Kuranda Group to Keep Up the Crazy Momentum

Dianne Mauloni
March 29, 2016

YCA on Myola frog taken by Mikhaila Jacoby

Yellow Crazy Ant on Myola frog.  Photo taken by Mikhaila Jacoby

The Yellow Crazy Ant population will continue to be under threat thanks to Kuranda Envirocare who are leading a program designed to eradicate the species in a Kuranda suburb with the assistance of a Community NRM Grant from Terrain NRM. 

Since 2013 residents of Russett Park in Kuranda have witnessed Yellow Crazy Ants spreading rapidly, killing and displacing native fauna.

Kuranda Envirocare’s Dr Ray Pierce said, “Without containment and eradication, this infestation will invade surrounding natural and residential areas including the Wet Tropics World Heritage Area and restoration sites we have worked on. These areas, support up to 160 species of birds and threatened species such as the Kuranda Treefrog (Litoria myola) and receives occasional visits from the Southern Cassowary.

“We are concerned that the Yellow Crazy Ants will also eventually affect the rest of the Wet Tropics if left untreated.”

The Wet Tropics Management Authority (WTMA) are currently managing the infestation and will continue their control program through to the end of 2016 with the help of the local community and the Australian Government’s Green Army.

Ray said, “With Terrain’s Community Grant, we have a good start to taking over the good work of WTMA and extend the control program.”

Terrain’s Community Grants funded by the Australian Government’s National Landcare Programme has provided the group with $34,760 to develop and implement the Russett Park Yellow Crazy Ant proposal which will establish a community taskforce (landholders and the wider community). The taskforce will seek to assist WTMA to firstly contain and secondly eradicate yellow crazy ants from the 30 ha infestation.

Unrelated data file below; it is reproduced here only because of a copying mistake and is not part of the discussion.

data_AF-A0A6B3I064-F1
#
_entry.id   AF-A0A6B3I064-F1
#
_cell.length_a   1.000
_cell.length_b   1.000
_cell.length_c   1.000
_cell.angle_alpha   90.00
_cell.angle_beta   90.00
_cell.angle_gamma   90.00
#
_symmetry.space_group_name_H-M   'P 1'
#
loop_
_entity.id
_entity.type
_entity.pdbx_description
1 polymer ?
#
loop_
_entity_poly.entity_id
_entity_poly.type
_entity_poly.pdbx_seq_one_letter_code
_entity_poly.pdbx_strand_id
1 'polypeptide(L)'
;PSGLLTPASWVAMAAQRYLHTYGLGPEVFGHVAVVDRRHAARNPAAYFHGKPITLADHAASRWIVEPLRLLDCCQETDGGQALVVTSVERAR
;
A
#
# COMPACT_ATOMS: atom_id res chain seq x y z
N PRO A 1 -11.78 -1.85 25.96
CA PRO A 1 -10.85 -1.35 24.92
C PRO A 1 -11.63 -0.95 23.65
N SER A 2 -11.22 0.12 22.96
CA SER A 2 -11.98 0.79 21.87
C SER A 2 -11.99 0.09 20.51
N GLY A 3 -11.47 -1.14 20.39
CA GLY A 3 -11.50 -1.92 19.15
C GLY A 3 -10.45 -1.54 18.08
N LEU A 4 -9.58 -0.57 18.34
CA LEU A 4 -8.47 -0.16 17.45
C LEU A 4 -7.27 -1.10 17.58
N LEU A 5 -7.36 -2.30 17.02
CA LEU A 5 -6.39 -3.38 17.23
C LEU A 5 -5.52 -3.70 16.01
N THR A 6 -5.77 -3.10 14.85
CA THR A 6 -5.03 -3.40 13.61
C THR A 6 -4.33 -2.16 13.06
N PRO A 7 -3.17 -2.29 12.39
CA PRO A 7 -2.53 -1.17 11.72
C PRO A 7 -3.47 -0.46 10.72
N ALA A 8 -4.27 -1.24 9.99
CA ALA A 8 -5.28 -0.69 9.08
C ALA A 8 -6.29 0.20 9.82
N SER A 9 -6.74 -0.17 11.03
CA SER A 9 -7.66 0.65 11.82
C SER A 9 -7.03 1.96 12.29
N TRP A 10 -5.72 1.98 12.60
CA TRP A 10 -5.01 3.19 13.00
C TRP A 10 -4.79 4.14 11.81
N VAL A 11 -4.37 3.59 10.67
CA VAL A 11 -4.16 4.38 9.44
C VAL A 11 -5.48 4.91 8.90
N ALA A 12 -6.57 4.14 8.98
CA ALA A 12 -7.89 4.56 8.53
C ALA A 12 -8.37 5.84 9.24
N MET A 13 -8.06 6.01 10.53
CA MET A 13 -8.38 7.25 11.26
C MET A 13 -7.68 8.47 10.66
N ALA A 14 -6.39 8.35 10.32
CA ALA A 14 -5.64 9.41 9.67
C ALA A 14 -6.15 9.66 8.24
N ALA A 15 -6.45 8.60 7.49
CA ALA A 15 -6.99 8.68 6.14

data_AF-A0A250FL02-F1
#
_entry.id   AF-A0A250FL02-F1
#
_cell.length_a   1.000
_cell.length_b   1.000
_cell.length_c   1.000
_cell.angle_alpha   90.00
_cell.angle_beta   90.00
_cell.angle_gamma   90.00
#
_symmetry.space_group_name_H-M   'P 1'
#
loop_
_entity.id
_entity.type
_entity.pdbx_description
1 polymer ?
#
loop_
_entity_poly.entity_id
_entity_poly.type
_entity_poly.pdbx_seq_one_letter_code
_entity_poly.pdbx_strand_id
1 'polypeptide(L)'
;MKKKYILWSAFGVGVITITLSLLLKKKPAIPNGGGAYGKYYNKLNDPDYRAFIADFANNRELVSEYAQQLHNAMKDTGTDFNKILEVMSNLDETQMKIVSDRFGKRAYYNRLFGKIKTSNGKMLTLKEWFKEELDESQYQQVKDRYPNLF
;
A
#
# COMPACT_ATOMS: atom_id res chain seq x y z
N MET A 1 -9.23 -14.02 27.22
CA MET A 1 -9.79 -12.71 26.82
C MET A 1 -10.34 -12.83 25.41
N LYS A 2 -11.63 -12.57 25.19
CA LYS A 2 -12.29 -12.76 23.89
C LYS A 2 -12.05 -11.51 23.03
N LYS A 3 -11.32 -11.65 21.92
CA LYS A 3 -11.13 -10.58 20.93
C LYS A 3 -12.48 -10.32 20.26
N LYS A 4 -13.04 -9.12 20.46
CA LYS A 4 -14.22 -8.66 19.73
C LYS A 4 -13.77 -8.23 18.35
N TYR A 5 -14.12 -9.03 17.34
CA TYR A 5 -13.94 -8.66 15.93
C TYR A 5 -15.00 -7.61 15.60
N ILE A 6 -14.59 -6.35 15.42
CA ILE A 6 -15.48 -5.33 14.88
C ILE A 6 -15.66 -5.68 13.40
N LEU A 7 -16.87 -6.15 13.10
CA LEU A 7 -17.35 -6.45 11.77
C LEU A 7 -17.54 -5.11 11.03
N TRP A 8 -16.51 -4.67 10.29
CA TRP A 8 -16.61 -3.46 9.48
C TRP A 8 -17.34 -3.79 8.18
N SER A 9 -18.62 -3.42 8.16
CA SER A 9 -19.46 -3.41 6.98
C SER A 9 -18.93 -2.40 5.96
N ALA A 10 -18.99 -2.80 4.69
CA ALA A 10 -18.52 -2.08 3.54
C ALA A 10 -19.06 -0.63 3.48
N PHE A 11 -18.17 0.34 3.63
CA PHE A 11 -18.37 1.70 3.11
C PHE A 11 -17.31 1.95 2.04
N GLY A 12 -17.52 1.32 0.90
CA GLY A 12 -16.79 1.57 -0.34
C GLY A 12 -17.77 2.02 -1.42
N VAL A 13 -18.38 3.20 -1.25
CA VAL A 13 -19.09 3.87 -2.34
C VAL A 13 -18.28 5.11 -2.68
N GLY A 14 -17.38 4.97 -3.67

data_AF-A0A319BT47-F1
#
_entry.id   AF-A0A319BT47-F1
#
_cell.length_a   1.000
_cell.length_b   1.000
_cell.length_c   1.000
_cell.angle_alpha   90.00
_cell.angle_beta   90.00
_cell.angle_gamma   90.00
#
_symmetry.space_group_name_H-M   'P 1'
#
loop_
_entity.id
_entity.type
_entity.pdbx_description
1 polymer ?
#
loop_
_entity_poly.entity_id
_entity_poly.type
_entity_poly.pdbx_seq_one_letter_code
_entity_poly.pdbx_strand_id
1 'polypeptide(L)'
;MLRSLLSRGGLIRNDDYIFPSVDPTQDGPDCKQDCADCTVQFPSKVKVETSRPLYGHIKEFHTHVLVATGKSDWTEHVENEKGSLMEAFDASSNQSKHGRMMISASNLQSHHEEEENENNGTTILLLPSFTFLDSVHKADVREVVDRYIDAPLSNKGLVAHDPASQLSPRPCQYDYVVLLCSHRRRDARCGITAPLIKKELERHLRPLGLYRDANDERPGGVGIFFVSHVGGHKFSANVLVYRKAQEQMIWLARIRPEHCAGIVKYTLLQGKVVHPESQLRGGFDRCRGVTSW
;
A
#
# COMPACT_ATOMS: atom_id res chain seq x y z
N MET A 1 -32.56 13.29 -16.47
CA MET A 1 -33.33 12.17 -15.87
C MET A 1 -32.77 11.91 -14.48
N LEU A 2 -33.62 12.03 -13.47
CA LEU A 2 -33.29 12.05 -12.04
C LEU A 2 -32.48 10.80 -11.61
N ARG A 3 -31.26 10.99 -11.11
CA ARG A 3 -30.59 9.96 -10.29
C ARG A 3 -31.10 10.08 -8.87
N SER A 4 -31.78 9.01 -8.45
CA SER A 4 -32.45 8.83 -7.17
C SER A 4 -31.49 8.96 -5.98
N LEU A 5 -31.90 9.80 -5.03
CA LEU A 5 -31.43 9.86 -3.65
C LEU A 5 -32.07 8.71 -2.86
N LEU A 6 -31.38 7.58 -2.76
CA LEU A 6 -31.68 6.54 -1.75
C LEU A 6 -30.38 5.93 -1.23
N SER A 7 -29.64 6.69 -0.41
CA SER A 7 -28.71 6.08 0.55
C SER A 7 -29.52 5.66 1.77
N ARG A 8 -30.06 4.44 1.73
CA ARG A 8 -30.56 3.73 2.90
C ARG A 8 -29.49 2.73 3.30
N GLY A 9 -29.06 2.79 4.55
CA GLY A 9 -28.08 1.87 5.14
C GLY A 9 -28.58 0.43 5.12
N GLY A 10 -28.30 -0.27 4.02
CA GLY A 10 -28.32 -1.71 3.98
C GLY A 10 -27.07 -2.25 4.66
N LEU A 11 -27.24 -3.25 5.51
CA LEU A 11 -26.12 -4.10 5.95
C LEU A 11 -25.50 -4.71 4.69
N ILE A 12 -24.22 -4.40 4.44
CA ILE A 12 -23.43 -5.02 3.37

Ray said, “The Community Task Force has been working at Russett Park in collaboration with The Wet Tropics Management Authority (WTMA) and James Cook University (JCU).  One treatment of ants has been already been undertaken in 2016 and a second treatment is scheduled in April.

“Fortnightly monitoring of the ants using lures indicates that their population is still robust. We are planning trials to examine whether supplementary methods, e.g. boiling steam, boiling water, vegetation management, etc, can assist in the battle against this invasive species.”

The community taskforce has brought together residents of Cadagi Drive, Kuranda Envirocare, the Kuranda community, WTMA and others to support eradication activities in the area.

“Participants in the project are acquiring the skills needed to identify, treat, survey and monitor ant infestations,” said Ray.

Yellow Crazy Ants were first detected in Russett Park in December 2013 and they are a Declared Class 1 Pest under the Land Protection (Pest and Stock Route Management Act) 2002.

Kuranda Envirocare and landholders will continue to seek funding to continue efforts until eradication is achieved.

Ray said, “The objective of eradication is ambitious but it is achievable based on research and management of Yellow Crazy Ants in the Northern Territory and overseas. We will welcome expertise from WTMA and advice from CSIRO and Pacific Biosecurity.”

Other stakeholders and supporters include: Kuranda Residents Committee, Biosecurity Queensland, James Cook University, Conservation Volunteers Australia, Djabugai Traditional Owners and Queensland Parks and Wildlife Service, Kuranda Media Association and Terrain NRM.

If you would like more information about Kuranda Envirocare and the Yellow Crazy Ant project, call 07) 4093 8989.

For more on Terrain’s Community Grants, go to www.terrain.org.au.